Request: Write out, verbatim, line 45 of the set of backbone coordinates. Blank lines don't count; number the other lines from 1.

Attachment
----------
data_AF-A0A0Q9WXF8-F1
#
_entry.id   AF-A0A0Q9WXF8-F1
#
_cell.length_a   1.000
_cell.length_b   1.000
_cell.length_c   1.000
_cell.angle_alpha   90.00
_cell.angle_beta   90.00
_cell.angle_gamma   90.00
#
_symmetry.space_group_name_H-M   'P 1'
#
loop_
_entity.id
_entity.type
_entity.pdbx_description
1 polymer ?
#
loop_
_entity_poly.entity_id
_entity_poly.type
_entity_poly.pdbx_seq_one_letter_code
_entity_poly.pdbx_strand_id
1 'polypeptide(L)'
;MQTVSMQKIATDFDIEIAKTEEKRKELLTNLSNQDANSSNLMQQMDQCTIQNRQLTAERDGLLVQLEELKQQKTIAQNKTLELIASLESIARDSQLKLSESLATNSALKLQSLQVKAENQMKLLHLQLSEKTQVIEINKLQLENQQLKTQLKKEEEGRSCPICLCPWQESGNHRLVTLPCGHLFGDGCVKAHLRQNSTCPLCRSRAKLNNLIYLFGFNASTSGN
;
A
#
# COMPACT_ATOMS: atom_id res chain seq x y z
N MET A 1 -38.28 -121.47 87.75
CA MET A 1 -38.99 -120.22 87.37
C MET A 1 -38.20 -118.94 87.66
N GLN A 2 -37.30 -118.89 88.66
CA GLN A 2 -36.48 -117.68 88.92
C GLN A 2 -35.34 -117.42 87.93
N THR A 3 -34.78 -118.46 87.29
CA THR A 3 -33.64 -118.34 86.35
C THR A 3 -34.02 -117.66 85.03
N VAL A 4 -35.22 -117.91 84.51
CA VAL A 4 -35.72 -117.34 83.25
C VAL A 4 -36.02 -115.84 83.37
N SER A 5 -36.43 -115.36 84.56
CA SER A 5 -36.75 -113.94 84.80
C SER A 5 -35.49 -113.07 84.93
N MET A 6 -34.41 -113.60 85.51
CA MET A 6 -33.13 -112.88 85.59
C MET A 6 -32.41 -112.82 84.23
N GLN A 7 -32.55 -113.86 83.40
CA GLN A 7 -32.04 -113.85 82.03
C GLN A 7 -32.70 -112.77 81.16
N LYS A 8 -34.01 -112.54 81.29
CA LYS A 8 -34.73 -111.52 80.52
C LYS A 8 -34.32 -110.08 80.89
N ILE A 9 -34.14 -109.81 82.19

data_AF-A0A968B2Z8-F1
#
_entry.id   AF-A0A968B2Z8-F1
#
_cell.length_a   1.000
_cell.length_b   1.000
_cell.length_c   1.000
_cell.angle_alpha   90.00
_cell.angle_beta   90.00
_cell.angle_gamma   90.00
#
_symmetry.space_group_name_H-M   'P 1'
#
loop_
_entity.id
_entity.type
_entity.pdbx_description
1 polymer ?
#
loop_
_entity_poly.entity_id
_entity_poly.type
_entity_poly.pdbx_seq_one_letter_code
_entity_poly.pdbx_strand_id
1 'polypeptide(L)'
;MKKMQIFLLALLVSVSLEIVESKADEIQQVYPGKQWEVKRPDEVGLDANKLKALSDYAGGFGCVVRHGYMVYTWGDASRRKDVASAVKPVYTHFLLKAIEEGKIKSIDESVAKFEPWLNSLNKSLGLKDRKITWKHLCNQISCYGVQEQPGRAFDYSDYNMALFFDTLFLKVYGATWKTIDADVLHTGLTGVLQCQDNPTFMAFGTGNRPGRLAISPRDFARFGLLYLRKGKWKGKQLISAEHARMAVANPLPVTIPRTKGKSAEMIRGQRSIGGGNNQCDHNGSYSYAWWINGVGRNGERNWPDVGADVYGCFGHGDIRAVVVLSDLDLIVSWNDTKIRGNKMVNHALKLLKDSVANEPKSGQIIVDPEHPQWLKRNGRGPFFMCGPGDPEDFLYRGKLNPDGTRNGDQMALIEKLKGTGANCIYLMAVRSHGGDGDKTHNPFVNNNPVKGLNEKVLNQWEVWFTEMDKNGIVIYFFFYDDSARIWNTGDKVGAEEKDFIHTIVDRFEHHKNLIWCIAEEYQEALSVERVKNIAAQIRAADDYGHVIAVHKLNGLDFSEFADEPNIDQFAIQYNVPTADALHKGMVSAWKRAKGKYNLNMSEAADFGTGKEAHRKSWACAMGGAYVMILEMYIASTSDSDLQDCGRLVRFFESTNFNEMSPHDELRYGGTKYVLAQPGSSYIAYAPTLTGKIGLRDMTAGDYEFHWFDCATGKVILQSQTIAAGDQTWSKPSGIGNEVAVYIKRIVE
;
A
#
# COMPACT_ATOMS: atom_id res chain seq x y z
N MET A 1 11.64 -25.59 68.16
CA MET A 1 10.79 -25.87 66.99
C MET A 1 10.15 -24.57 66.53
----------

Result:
C SER A 5 -35.49 -113.07 84.93